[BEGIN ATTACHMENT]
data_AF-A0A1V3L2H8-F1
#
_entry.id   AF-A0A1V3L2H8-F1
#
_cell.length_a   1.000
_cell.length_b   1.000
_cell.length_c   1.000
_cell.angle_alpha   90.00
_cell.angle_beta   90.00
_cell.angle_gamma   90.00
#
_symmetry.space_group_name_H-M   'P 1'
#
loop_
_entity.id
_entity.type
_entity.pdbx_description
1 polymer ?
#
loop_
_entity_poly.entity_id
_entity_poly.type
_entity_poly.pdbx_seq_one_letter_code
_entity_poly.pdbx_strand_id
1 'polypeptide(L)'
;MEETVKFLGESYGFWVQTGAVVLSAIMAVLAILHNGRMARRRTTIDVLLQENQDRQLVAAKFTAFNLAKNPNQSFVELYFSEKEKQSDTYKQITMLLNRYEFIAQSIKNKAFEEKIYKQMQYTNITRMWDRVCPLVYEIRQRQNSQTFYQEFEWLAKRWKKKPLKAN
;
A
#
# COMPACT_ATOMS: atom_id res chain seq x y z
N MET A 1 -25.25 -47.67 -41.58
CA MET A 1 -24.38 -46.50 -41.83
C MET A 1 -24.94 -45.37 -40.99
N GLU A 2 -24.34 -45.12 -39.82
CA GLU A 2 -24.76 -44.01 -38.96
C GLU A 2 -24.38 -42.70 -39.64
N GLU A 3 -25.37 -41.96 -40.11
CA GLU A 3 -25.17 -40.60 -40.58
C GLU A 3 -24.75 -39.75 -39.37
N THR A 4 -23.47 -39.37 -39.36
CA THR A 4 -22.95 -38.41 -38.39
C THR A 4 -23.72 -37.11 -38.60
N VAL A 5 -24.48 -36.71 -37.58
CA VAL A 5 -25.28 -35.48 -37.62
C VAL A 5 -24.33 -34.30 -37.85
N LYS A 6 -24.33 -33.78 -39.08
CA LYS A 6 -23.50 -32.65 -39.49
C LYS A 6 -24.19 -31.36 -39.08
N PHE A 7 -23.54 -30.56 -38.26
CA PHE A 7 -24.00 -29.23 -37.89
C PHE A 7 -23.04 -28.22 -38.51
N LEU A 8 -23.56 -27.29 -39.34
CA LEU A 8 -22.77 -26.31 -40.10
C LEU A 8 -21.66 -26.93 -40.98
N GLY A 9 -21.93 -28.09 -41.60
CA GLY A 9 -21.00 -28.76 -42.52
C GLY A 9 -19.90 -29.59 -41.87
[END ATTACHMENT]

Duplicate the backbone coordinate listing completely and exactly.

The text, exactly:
data_AF-A0A1V3L2H8-F1
#
_entry.id   AF-A0A1V3L2H8-F1
#
_cell.length_a   1.000
_cell.length_b   1.000
_cell.length_c   1.000
_cell.angle_alpha   90.00
_cell.angle_beta   90.00
_cell.angle_gamma   90.00
#
_symmetry.space_group_name_H-M   'P 1'
#
loop_
_entity.id
_entity.type
_entity.pdbx_description
1 polymer ?
#
loop_
_entity_poly.entity_id
_entity_poly.type
_entity_poly.pdbx_seq_one_letter_code
_entity_poly.pdbx_strand_id
1 'polypeptide(L)'
;MEETVKFLGESYGFWVQTGAVVLSAIMAVLAILHNGRMARRRTTIDVLLQENQDRQLVAAKFTAFNLAKNPNQSFVELYFSEKEKQSDTYKQITMLLNRYEFIAQSIKNKAFEEKIYKQMQYTNITRMWDRVCPLVYEIRQRQNSQTFYQEFEWLAKRWKKKPLKAN
;
A
#
# COMPACT_ATOMS: atom_id res chain seq x y z
N MET A 1 -25.25 -47.67 -41.58
CA MET A 1 -24.38 -46.50 -41.83
C MET A 1 -24.94 -45.37 -40.99
N GLU A 2 -24.34 -45.12 -39.82
CA GLU A 2 -24.76 -44.01 -38.96
C GLU A 2 -24.38 -42.70 -39.64
N GLU A 3 -25.37 -41.96 -40.11
CA GLU A 3 -25.17 -40.60 -40.58
C GLU A 3 -24.75 -39.75 -39.37
N THR A 4 -23.47 -39.37 -39.36
CA THR A 4 -22.95 -38.41 -38.39
C THR A 4 -23.72 -37.11 -38.60
N VAL A 5 -24.48 -36.71 -37.58
CA VAL A 5 -25.28 -35.48 -37.62
C VAL A 5 -24.33 -34.30 -37.85
N LYS A 6 -24.33 -33.78 -39.08
CA LYS A 6 -23.50 -32.65 -39.49
C LYS A 6 -24.19 -31.36 -39.08
N PHE A 7 -23.54 -30.56 -38.26
CA PHE A 7 -24.00 -29.23 -37.89
C PHE A 7 -23.04 -28.22 -38.51
N LEU A 8 -23.56 -27.29 -39.34
CA LEU A 8 -22.77 -26.31 -40.10
C LEU A 8 -21.66 -26.93 -40.98
N GLY A 9 -21.93 -28.09 -41.60
CA GLY A 9 -21.00 -28.76 -42.52
C GLY A 9 -19.90 -29.59 -41.87